For some do-it-yourself holiday decoration ideas, the dynamic folks at Apartment Therapy have plenty to share: here are 18 Holiday homemade ornament ideas.
Like single-use plastic bags, drink cups and water bottles, gift-wrap is a hugely polluting waste item that has an extremely short useful life.
Instead of buying wrapping paper, why not, um, once again, make your own! Using a roll of recycled kraft paper, you can create colorful, fun potato stamped wrapping paper - kids love doing this.
Newspaper - especially the funnies! - magazine pages, paper bags, old maps -- they all make wonderful wrapping paper. Or you can avoid paper entirely by reusing old cookie tins, baskets, boxes or bags. Cloth bags are an elegant and easily reusable option.
If you must buy wrapping paper, opt for post consumer, 100% recycled paper, and please avoid the unfortunately increasingly ubiquitous shiny, glossy plastic wrapping papers. They cannot be recycled and become pure landfill trash.
When unwrapping presents, do it carefully, so the paper can be saved and reused. This is pretty tough to do with kids, so their paper wrappings can make a great fireplace starter, or, of course, be recycled.
Or best of all, make the wrapping part of the gift...more on this below when I talk about our take on...
Making Your Own Gifts
Making your own plastic-free gifts offers a magical personal touch unlike anything you could buy. And this is an amazing way to reduce one of the most environmentally-destructive elements of the holiday gift-giving season: plastic packaging. In Europe, it is estimated that 50% of ALL goods are packaged in plastic.
Homemade food is always a hit - cookies, jams, bread, chocolate, granola, pies, cakes. How about some healthy, life-giving raw walnut coconut bliss balls in a mason jar?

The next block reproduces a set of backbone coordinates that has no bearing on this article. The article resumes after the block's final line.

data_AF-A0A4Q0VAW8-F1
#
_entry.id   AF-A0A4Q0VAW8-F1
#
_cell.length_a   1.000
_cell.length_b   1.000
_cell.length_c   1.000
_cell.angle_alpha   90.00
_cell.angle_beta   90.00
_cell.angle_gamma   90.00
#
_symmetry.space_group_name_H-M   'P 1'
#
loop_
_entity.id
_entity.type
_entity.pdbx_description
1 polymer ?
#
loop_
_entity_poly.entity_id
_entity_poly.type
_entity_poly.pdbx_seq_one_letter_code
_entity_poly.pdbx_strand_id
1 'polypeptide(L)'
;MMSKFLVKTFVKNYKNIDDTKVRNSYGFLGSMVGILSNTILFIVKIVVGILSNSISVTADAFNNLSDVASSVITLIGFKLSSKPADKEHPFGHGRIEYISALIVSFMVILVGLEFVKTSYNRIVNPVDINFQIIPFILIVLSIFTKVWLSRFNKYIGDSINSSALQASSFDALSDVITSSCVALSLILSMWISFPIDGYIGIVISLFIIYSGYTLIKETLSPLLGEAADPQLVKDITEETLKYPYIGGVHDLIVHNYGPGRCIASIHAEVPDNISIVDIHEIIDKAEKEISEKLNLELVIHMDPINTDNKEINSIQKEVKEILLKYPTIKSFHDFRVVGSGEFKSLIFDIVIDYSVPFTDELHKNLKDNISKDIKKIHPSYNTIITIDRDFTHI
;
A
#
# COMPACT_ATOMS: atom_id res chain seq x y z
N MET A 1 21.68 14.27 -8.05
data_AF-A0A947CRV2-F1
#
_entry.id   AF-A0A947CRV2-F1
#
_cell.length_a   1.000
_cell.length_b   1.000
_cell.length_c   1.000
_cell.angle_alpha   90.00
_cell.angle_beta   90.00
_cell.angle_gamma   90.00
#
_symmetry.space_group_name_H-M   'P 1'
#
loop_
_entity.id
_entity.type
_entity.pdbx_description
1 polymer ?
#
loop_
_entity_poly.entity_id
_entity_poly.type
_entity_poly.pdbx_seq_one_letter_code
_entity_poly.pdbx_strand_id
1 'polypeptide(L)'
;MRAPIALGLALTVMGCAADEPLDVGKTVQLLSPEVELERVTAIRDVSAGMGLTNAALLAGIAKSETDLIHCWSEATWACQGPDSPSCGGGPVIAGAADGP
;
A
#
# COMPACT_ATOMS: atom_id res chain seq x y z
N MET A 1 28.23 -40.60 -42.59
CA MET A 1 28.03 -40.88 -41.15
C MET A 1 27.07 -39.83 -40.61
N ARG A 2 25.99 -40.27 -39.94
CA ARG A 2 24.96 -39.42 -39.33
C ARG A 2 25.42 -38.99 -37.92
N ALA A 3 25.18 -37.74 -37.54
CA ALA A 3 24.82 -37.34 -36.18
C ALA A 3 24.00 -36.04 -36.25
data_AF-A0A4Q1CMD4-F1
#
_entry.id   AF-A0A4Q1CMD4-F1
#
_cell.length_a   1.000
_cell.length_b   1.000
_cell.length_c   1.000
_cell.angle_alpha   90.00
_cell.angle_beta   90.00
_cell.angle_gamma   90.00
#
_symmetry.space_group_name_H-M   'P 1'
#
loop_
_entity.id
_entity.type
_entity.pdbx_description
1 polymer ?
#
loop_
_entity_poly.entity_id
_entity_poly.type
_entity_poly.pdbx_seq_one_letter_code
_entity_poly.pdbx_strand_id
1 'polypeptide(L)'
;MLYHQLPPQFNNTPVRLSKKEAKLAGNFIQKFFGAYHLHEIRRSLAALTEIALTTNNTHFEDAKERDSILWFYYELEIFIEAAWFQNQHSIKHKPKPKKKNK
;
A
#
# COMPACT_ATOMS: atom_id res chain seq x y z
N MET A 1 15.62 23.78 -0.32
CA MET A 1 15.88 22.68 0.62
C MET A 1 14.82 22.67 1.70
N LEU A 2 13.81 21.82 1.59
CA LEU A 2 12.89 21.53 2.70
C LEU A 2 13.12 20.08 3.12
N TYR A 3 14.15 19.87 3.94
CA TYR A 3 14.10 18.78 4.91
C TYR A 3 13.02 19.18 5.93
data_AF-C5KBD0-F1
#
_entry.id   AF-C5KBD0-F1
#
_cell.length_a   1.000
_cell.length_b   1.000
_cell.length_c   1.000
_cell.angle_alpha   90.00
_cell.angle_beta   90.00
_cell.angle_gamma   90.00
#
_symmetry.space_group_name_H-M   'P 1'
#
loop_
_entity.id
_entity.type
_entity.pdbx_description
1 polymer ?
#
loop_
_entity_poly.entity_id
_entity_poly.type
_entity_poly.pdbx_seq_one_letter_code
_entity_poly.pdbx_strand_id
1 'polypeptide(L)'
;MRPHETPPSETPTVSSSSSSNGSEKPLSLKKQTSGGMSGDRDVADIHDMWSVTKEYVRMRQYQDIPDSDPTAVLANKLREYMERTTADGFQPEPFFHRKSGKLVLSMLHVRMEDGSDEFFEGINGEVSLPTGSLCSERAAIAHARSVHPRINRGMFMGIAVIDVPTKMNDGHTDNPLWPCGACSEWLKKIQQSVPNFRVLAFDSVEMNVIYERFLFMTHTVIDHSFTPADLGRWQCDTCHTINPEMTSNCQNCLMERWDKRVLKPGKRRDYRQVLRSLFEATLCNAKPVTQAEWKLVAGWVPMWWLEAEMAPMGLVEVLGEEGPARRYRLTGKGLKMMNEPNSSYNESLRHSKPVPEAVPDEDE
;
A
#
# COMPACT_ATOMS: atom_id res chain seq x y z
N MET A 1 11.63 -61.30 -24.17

Once again, Apartment Therapy is full of unique and creative, design-inspired, crafty ideas for homemade holiday gift ideas and detailed do-it-yourself gift project instructions. And Treehugger offers a fun DIY Gift Guide Slide Show.
Other Safe, High Quality, Ethically-Sourced, Earth-Friendly, Plastic-Free Gifts
This is where Life Without Plastic would love to help you out. We have hundreds of suggestions.
Above I mentioned making the wrapping part of the gift. Well, our numerous airtight containers make superb wrapping for food - glass, stainless steel, round, rectangular - lots of possibilities.
On our website and in a recent newsletter we talked about our favorite super easy two ingredient cookie recipe which makes uber delicious cookies and a perfect gift in these containers - plus, the containers are currently on sale at 25% off, which is a fantastic saving for these much-loved bestsellers.
Looking for small gifts - stocking stuffers - here are a few of our favorites:
Some other favorites we use in our own day-to-day lives include our new stainless steel three-piece dish set, our varied selection of glass bottles, stainless steel bottles, and gorgeous stainless steel water dispensers, the kitchen brushes and tools, including the sprouting jar, and the stainless steel ice cube tray.